But if you’re trying to convince someone to join your church, you’re selling belief.

If you’re trying to convince someone to stop doing drugs, you’re selling sobriety.

If you’re trying to change someone’s life through diet and exercise, you have to sell fitness.

The uncomfortable truth in business is this:

If you can’t sell them, you can’t save them.

All that money spent on Facebook advertising? It’s a total waste if you can’t convince them to sign up. Only Zuckerberg benefits.

All that time spent researching advertising, listening to podcasts and even going to gymnastics clinics? A waste of time if you can’t get someone to pay you for your service. Sorry.

All the technical expertise in the world won’t help your business if they won’t pay you for it.

Maybe you should get good at this part.

Maybe you should spend one-tenth as much time learning how to convince people as you do learning how to teach the clean.

Maybe you should get more reps in growing your business and fewer reps in the butterfly pull-up (or arguing about the butterfly pull-up in Facebook groups).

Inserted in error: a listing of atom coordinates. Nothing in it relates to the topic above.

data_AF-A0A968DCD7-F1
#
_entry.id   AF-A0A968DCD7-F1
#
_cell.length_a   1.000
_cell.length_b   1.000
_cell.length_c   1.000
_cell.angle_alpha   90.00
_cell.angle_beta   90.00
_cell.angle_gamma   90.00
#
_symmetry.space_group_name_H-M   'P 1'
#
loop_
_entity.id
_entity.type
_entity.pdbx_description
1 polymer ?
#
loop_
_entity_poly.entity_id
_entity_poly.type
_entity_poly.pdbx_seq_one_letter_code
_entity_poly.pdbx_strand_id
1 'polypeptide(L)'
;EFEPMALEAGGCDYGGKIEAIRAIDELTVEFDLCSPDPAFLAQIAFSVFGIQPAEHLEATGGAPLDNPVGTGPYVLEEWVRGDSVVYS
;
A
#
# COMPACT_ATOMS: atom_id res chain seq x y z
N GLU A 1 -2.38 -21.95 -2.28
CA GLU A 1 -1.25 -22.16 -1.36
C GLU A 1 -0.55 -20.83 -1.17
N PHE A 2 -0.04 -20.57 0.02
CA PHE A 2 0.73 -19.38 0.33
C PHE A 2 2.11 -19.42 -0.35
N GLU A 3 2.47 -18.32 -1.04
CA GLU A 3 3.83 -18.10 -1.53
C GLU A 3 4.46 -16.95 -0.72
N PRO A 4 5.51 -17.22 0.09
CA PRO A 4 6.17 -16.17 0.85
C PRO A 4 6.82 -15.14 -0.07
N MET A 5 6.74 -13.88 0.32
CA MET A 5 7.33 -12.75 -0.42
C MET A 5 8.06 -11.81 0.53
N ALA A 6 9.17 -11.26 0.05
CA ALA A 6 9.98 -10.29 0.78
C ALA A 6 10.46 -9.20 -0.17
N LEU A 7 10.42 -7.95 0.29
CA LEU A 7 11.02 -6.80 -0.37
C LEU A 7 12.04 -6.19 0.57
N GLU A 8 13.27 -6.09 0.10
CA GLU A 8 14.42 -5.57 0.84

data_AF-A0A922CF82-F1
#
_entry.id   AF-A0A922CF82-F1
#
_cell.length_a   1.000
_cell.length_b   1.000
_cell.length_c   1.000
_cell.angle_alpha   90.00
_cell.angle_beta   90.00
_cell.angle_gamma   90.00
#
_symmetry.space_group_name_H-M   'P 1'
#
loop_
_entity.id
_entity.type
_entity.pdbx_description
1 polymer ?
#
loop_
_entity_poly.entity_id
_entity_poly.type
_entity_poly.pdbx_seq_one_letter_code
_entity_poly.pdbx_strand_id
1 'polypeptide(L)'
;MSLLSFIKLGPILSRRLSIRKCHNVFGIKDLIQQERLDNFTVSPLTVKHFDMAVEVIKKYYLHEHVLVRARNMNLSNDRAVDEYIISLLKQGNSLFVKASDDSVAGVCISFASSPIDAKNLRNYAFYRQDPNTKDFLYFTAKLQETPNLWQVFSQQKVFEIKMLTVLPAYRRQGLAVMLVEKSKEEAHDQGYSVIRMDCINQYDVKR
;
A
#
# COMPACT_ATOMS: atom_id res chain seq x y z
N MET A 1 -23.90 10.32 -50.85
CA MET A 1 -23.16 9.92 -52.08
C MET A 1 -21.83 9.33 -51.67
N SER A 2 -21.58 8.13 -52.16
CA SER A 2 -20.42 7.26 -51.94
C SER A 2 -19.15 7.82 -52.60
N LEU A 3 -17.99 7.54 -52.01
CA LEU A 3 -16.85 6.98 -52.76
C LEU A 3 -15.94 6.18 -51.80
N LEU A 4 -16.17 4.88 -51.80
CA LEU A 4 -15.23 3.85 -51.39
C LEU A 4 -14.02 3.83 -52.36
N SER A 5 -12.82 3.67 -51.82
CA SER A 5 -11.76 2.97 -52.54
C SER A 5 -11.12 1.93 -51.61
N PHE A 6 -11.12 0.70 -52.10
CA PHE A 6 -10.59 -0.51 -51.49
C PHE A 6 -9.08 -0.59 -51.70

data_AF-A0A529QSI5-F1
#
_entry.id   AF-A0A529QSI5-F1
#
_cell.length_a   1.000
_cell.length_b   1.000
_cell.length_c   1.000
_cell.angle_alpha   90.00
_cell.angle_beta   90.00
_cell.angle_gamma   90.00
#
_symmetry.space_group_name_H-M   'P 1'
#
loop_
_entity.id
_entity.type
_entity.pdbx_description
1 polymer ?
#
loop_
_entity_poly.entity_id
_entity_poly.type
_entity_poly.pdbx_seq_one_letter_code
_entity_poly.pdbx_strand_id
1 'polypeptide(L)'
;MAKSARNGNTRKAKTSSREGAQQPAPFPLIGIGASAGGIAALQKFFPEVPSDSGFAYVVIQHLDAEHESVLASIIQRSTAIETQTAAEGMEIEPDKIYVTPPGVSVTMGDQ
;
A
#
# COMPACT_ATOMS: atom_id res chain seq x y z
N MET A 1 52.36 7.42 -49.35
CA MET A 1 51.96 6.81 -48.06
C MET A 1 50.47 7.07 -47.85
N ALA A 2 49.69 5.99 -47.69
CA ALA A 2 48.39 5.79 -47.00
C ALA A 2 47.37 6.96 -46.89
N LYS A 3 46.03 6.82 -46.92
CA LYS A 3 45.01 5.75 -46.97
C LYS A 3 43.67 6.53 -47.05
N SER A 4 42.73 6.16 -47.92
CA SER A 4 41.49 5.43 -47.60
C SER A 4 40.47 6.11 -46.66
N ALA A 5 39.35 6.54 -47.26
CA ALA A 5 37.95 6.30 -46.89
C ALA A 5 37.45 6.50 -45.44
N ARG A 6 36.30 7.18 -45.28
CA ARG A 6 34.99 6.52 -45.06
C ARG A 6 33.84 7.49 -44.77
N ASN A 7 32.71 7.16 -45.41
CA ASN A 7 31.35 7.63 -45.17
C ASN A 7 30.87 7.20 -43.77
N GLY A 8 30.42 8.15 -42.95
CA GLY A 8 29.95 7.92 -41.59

Maybe you should spend twice as much time selling as you do advertising (or, as we teach, 20 times).

Maybe you didn’t think about this when you opened a gym. It’s time to think about it now. Because the stuff that makes you a good coach doesn’t really make you a good business owner. If you’re not training your sales process, the biggest barrier to entry in your gym is you.

We teach the sales process step by step in the Incubator. Then, in Growth Phase, you can have our sales specialist, Jeff Burlingame, train you and your staff to be even better.


Other Media in This Series

The Dark Side of Your Business
The Secret Sales Script
Sales Secrets: Handling Objections, Building Value and Role Playing With Joe Marcoux

The Secret Sales Script

The Secret Sales Script

The potential client is sitting in front of you.